Dodai Stewart — If you read tabloids or ladymags, pay attention to advertising campaigns, or happen to live on planet Earth, you know that the one thing women are supposed to strive for — more than a functioning body, a healthy body, or a strong body — is a bikini body.
Catherine Saint-Louis examines this phenomenon for The New York Times, and finds that in advertising, from yogurt to lotion to 100-calorie “snack packs,” the bikini is a symbol of victory, a goal, and a fear motivator. She also discovers that decades ago, when the bikini was invented (and even when it gained popularity) women didn’t feel they had to lose pounds — or even wax intimate parts — to sport a two-piece.
Back then, bikini preparation was starkly laissez-faire by today’s grooming standards. In her recently published literary memoir, Art and Madness, Anne Roiphe wrote that in 1965, she suspected that a suitor was into her because of, not in spite of, the “tufts of dark hair that stuck out of the top of my bikini.”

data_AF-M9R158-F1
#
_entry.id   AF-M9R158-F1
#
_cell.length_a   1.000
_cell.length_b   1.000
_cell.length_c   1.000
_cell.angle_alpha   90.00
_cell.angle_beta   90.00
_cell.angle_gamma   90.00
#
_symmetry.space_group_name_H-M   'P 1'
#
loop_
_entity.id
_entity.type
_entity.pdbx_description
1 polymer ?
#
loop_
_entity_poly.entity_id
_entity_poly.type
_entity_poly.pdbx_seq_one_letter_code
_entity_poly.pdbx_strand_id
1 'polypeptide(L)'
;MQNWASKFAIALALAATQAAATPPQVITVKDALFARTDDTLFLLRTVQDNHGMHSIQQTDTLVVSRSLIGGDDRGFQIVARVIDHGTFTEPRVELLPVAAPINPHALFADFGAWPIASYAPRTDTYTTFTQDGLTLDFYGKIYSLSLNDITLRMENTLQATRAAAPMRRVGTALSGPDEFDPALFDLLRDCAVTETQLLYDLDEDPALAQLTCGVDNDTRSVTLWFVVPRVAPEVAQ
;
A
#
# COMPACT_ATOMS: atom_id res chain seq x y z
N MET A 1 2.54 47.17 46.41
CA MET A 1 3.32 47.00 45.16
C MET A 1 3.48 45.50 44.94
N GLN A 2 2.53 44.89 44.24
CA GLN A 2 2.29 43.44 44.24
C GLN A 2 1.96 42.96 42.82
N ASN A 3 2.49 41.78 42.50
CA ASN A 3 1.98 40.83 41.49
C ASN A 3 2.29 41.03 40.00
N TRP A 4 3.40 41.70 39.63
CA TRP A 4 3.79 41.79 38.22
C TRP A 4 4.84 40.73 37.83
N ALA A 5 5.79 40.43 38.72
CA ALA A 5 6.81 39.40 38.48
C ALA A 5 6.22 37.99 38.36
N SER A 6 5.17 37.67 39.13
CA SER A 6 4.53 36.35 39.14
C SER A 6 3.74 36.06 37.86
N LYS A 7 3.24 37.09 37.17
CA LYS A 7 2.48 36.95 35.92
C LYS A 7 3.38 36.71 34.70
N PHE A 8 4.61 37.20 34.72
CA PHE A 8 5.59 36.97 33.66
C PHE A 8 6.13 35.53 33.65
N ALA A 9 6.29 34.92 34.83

But today it’s assumed that only the lean, muscular, hairless and ab-defined will feel comfortable in a bikini. “It’s become difficult to feel natural with a normal body,” [Sarah Kennedy, the author of The Swimsuit: A History of Twentieth-Century Fashions] said. “Fatism has taken over. It’s O.K. to be mean to lumpy, lardy people. It’s a sort of subtle intolerance towards people that’s very bad.”
The truth is, the “bikini body” craze goes so much deeper than fatism or fatphobia. It is part of our society’s relentless insistence that a woman’s body is not her own. continue after the jump